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New York City (NYC)
|The Tartan Parade is among the youngest parades in the
city. Nonetheless, it’s grown to become a powerful presence at the
NYC scene since 1997, when the U.S. Senate declared April 6
the National Tartan Day.
This day has a special meaning to all Americans of Scottish descent, because on this day in 1320 the Declaration of Arbroath, the Scottish Declaration of Independence, was signed. It is also a special day for all Americans, since our own Declaration of Independence is patterned on that fateful document. Not to mention that almost half of the signers of the Declaration of Independence were of Scottish descent as were nine governors of the original thirteen states. What makes the Tartan Day truly special is that it’s so interwoven with our own heritage and values.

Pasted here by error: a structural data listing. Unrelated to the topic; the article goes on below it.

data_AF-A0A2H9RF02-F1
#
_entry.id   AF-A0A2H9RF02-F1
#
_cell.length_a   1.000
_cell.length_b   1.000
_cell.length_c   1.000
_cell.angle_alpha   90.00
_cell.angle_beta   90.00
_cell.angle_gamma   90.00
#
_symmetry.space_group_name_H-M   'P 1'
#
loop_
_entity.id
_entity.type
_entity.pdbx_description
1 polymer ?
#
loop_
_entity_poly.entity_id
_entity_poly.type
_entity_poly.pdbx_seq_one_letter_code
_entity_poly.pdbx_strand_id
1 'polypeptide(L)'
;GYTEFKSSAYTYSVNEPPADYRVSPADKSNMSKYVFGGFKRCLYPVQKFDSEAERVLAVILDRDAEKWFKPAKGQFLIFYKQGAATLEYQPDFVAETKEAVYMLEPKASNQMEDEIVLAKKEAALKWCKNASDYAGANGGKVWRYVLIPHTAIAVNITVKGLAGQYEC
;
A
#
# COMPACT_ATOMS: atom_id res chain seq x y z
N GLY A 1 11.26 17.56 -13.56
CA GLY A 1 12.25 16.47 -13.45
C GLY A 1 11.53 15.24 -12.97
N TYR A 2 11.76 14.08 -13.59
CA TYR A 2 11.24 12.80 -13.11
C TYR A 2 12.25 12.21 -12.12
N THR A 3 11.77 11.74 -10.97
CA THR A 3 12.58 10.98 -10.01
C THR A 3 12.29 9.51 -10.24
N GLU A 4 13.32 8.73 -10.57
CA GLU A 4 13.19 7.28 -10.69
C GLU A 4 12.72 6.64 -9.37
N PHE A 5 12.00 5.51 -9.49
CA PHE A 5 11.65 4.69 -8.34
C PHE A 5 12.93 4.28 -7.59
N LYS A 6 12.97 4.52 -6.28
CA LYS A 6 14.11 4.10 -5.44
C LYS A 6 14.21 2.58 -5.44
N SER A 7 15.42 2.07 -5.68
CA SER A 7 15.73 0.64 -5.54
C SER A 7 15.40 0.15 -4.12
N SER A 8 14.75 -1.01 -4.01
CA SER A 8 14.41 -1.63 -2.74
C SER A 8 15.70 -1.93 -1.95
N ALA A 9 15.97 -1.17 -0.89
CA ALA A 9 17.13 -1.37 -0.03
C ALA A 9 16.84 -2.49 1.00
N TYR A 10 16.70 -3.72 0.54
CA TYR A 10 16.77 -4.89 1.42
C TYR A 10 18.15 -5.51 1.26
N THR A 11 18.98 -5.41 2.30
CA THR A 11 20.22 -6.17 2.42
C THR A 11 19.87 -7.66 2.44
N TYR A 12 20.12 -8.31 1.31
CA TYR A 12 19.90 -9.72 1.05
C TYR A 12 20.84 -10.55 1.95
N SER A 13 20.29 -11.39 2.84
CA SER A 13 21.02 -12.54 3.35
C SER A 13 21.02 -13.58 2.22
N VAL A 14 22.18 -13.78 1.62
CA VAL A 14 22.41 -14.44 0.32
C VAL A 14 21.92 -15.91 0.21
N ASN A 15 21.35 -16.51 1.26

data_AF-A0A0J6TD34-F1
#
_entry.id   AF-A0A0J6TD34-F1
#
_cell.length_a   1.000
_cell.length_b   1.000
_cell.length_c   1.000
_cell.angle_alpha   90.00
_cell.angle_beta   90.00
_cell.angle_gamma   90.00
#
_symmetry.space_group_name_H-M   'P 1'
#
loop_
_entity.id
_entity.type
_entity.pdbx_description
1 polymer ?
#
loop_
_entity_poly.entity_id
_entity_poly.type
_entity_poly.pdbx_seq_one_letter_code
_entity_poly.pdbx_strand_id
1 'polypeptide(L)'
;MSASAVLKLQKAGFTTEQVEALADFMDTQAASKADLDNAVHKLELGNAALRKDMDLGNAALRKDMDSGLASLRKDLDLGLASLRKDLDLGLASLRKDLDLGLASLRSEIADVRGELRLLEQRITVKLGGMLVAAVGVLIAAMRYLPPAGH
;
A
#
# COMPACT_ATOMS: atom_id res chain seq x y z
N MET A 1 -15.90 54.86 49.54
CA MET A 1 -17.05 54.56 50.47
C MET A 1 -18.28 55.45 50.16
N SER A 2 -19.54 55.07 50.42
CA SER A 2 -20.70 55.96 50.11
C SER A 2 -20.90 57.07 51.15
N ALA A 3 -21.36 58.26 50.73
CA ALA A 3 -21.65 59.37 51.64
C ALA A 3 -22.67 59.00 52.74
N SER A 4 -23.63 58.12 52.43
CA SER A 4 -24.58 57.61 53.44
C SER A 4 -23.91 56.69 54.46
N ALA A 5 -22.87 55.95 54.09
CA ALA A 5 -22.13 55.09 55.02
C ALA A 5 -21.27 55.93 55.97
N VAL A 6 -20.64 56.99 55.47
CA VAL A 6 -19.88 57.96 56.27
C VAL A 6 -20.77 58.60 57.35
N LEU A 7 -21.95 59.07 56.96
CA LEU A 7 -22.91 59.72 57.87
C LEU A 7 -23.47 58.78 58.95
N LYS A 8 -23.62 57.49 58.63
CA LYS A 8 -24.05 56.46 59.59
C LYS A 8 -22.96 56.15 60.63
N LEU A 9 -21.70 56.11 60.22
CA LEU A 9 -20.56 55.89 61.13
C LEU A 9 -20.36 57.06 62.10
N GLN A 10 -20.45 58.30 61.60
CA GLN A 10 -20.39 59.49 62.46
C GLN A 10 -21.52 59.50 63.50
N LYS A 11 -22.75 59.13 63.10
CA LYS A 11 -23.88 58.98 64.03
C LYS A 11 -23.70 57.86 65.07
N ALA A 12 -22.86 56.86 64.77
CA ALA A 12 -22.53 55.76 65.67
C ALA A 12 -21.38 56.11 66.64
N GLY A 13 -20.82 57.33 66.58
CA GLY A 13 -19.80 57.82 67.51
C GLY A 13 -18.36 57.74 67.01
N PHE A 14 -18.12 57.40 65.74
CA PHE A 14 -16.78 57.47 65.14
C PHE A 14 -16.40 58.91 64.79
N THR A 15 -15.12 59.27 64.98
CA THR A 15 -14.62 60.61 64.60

The Tartan Day Parade in NYC, which marches on Saturday or Sunday closest to April 6, is the culmination of the festivities. It is the city’s biggest celebration of pipers, drummers, Scottish music and, of course, the world famous single malt whisky. It also features Scottish clans and organizations, who step out for this special occasion. The Parade route begins between West 43rd and West 46th Street on Sixth Avenue; from there it marches north into Central Park. In a true festive spirit, the Parade is preceded by a traditional Pre-Parade Ceilidh at the Caledonian Club the night before. A classic Scottish get-together, "ceilidh" ("KAY-lee") is Gaelic for a "singing, feasting, dancing and a rather boisterous good time".